Devin Snead writes:

Don't forget the quote that Naomi Klein took Friedman completely out of context in order to essentially start her ridiculous book was about the draft:

Only a crisis-actual or perceived-produces real change. When that crisis occurs, the actions that are taken depend on the ideas that are lying around. That, I believe, is our basic function: to develop alternatives to existing policies, to keep them alive and available until the politically impossible becomes politically inevitable.
On a side note, one of my professors joked that there is a "place in hell just for Friedman" for helping to create withholding.

Mattyoung writes:

I'd rather talk about the MV=PQ equation, especially Kling's take on that.

John Thacker writes:
that being said, the free-market all volunteer army idea is yet one more libertarian argument that doesn't think things through in the world in which we live. without a draft, politicians and others of the permanent government can make war without bearing its highest

But on the other hand, it makes it considerably more expensive* for politicians to fight a war, as they have to raise salaries to get more soldiers. It also makes the military more likely to focus on reducing casualties.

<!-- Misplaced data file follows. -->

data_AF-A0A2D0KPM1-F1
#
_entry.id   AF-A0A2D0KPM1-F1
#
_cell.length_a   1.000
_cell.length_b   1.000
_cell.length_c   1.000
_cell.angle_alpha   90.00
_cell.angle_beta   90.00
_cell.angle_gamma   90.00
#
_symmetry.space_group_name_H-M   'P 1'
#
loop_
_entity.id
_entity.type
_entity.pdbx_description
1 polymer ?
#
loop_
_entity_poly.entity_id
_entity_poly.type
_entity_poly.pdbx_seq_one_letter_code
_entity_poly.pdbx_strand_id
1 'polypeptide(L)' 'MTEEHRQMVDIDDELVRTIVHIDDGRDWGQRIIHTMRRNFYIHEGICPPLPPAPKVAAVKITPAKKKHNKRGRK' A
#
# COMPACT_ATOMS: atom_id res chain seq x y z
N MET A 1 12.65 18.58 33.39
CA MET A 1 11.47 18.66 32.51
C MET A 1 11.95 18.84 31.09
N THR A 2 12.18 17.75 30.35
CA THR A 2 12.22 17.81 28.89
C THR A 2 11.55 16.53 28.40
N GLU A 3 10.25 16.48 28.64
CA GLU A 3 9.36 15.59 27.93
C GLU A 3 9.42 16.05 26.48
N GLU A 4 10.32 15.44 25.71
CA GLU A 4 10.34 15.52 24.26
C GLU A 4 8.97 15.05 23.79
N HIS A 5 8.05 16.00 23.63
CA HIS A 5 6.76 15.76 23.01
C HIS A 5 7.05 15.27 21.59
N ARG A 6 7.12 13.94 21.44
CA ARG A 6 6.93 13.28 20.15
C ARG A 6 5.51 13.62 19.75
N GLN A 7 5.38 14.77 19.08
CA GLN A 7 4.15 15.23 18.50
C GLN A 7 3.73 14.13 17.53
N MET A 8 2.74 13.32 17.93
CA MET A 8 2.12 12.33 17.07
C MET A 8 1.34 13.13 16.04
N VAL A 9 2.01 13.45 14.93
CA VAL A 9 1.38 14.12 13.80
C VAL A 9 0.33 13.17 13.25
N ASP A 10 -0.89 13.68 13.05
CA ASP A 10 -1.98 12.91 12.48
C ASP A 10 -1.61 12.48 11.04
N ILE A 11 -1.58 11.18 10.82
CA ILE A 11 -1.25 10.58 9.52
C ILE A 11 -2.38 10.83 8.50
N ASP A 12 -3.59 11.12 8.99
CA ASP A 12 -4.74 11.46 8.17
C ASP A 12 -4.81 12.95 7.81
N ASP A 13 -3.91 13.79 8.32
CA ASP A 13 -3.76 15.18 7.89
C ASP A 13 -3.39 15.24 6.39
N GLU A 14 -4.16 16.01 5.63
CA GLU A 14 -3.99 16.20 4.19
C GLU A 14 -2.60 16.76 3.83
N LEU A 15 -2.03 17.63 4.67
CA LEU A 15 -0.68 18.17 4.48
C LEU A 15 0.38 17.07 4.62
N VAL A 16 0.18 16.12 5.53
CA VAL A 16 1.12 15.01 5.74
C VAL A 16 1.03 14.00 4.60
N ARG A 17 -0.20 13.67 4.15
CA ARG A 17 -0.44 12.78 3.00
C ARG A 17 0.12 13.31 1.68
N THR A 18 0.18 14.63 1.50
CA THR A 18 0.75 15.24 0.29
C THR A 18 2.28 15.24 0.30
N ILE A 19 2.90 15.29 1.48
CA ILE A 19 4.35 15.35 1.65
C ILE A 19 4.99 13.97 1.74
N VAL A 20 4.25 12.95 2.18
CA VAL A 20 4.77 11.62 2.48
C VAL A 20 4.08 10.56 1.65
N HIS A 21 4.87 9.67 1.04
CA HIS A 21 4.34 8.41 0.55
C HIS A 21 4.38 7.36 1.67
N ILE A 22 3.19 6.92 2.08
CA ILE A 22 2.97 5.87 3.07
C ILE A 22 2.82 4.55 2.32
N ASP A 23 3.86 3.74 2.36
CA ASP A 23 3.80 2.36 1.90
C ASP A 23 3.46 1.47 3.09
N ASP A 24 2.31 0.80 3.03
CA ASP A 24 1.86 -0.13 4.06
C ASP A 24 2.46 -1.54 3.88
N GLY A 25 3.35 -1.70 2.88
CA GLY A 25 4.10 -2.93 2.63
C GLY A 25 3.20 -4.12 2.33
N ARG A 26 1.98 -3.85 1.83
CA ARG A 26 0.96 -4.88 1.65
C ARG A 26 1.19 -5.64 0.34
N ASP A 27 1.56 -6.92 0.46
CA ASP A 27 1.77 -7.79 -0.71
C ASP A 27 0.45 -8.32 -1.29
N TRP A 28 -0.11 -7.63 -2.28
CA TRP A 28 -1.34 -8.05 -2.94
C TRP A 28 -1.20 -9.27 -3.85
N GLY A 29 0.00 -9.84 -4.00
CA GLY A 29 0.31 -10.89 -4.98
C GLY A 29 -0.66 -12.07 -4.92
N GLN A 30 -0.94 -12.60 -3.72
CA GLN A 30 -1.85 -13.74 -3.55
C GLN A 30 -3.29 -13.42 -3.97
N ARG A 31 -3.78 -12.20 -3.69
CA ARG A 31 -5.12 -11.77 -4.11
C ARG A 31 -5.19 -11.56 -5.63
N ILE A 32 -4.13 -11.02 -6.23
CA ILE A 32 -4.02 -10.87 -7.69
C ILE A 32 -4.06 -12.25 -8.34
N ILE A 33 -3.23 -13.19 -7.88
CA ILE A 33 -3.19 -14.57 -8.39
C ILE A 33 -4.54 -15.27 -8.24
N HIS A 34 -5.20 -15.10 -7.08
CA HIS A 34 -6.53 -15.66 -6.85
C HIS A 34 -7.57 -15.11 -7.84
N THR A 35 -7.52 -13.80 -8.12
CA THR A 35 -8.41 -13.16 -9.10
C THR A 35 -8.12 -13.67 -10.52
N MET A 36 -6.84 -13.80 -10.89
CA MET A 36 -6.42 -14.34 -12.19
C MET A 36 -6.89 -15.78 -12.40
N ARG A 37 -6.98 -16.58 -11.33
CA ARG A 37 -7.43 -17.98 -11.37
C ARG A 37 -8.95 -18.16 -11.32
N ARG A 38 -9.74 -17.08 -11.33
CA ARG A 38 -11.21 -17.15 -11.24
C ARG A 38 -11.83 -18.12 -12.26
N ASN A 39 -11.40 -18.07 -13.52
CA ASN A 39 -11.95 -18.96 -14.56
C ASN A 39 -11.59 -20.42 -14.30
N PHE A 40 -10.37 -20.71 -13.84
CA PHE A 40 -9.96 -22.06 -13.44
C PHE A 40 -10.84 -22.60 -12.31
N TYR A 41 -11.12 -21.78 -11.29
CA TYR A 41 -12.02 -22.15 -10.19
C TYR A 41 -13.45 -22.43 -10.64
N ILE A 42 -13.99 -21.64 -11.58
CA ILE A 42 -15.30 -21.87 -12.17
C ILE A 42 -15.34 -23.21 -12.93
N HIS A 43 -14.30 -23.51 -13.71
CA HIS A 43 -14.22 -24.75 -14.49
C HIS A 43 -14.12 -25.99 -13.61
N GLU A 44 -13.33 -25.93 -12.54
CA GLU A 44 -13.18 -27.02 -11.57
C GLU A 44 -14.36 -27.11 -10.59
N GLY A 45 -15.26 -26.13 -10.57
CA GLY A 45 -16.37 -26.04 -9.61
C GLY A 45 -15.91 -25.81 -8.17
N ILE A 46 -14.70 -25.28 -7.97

*- In the government bean-counting way, not in the true economic sense. After all, an economist would say that if you would have to pay someone $50k to be a soldier in a volunteer army, then drafting him still hurts the economy by $50k, you just hide the cost just as regulation hides costs compared to taxes or spending.

Alex writes:

Steve,

I think you're opinion is exactly backwards. Because the military has to rely on volunteers it puts restrictions on what the government can do. Without a draft, the government doesn't have 40 million trained men waiting around for a war, it has to attract people in a competitive market.

You're right in the sense that without a draft you don't have students protesting in the streets to end the recent wars because they are in no fear of being "called up." However the government does have to worry about how to fill the ranks. That in and of itself is a huge restriction.

Josh writes:

"Between 1948 and 1973, here's what you knew if you were a healthy male born in the U.S.A.: the government could pluck you out of almost any activity you were pursuing, cut your hair, and send you anywhere in the world. If the United States was at war, you might have to kill people, and you might return home in a body bag."

I don't necessarily agree/disagree with the all volunteer army, but if we're going to praise its benefits, let's at least briefly mention its costs.